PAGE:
Approaching the finish, 
exhausted
It seemed to take forever reach the turn around point of the out and back course, though when it came about it was still just the three of us...but not for long. Probably a half-mile into the return trip the gentleman - clad in orange - suddenly blows by me and the kid whom I'm trailing. The only difference is that the kid went with him. I tried, but simply couldn't find that gear. Though I was able to keep a lengthened stride and push myself beyond simply putting into cruise control. It was another 'sign of the times' moment with another adolescent beating me into submission, just like the 12 year-old girl did in the 5K race in December...stop laughing.

Beginning to feel the fatigue I let my mind wander in an effort to keep myself in rhythm. I haven't run anything more than 6.8 miles since I began in August and I'm now doing well with real runners at a never before attempted distance, apparently I'm doing something right. I joined a group of like-minded runners on Garmin Connect and take part in weekly challenges regarding miles run per week. We are at different levels, but it is an incentive to try and keep pace with others or at least show you, too, are putting in the effort. Creating my own routes around Marion is fun as well - a nice way to see the neighborhoods one typical drives through way to fast.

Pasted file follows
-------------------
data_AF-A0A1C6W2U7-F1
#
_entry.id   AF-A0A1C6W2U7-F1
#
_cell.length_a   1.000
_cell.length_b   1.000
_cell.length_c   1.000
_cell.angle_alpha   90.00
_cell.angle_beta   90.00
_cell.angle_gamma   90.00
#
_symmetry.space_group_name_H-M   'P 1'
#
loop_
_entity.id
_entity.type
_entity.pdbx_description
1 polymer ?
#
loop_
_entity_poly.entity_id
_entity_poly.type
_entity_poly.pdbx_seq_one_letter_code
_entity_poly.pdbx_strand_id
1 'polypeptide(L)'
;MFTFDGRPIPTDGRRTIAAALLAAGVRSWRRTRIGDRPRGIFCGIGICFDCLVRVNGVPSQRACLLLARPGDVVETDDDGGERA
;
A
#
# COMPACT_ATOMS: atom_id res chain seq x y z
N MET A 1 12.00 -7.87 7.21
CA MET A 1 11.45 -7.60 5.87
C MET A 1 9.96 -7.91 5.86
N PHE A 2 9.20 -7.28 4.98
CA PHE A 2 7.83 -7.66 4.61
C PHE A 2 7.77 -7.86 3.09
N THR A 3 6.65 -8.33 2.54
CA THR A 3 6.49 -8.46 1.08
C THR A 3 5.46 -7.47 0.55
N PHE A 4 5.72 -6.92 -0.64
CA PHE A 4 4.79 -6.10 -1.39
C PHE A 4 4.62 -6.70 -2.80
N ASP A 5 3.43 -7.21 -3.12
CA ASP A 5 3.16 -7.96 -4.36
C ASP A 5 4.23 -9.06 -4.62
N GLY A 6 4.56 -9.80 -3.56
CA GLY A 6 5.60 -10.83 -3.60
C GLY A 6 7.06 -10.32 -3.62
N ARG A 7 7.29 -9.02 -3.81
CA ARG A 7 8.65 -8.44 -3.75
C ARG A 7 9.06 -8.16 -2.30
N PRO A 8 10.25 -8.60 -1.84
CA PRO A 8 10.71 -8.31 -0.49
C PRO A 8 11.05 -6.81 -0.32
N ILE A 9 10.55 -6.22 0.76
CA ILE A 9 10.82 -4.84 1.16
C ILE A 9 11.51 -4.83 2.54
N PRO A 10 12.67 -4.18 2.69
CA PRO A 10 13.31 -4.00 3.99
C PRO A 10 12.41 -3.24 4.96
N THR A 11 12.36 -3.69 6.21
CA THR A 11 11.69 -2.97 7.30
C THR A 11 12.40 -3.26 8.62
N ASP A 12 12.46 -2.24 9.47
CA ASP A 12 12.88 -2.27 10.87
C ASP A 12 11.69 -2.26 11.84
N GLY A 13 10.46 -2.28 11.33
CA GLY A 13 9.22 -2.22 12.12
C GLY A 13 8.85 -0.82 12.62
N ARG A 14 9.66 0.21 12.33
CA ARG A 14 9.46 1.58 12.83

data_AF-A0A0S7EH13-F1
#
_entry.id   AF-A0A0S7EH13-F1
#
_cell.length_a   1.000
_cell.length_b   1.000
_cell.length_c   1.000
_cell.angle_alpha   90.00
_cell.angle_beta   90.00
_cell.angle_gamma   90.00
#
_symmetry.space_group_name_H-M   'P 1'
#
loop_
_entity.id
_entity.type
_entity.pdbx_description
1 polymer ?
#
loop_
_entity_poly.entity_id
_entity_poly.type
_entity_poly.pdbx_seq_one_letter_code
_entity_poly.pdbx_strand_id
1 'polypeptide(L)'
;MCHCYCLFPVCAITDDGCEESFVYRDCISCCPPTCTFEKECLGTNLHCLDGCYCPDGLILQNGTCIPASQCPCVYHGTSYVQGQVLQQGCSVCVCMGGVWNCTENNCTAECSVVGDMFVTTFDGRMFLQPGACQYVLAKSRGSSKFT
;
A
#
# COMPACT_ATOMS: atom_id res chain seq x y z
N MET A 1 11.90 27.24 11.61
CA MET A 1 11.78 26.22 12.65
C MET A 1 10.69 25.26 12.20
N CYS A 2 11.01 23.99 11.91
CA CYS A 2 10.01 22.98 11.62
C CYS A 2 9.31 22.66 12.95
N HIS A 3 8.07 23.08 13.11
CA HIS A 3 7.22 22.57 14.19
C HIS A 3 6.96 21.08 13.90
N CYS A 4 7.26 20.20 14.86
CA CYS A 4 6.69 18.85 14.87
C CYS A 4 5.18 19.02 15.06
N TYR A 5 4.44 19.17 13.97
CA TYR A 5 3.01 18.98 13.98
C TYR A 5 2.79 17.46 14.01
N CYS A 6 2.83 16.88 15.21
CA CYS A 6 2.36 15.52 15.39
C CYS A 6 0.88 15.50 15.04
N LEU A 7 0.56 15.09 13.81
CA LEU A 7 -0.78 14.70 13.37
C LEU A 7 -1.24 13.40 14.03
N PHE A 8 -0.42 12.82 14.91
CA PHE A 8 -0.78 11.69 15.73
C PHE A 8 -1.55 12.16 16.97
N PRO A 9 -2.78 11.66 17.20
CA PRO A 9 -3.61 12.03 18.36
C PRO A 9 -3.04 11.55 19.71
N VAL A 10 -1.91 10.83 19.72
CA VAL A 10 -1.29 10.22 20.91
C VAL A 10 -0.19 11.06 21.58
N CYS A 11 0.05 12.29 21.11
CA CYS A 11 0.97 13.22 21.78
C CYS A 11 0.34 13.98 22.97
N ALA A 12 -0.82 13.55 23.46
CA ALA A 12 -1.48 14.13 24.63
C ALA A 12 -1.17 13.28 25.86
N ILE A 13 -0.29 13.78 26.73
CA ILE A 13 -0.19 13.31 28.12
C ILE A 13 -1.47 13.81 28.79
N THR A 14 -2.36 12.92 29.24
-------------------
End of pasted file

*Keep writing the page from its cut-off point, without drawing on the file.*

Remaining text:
My race bid and the back of my finishers' medal.

Forcing a smile - knowing that I'm actually improving after nearly 20 years off - I can see the other two ahead of me (I mean, WAAAAY ahead of me) battling and the finish is just ahead of them. I chug along and for the last quarter mile or so I have to tell myself to push to the finish, hard to do sometimes when you don't have anyone around you.

My goal was 59:00 minutes, based on my training times and pace. At the gate, I see out of the corner of my eye the clock is at 57:50 something or other - ahead of my goal, but disappointing because I felt I as going much faster. Sucking wind, I glance at my watch - it shows I was faster than the race clock.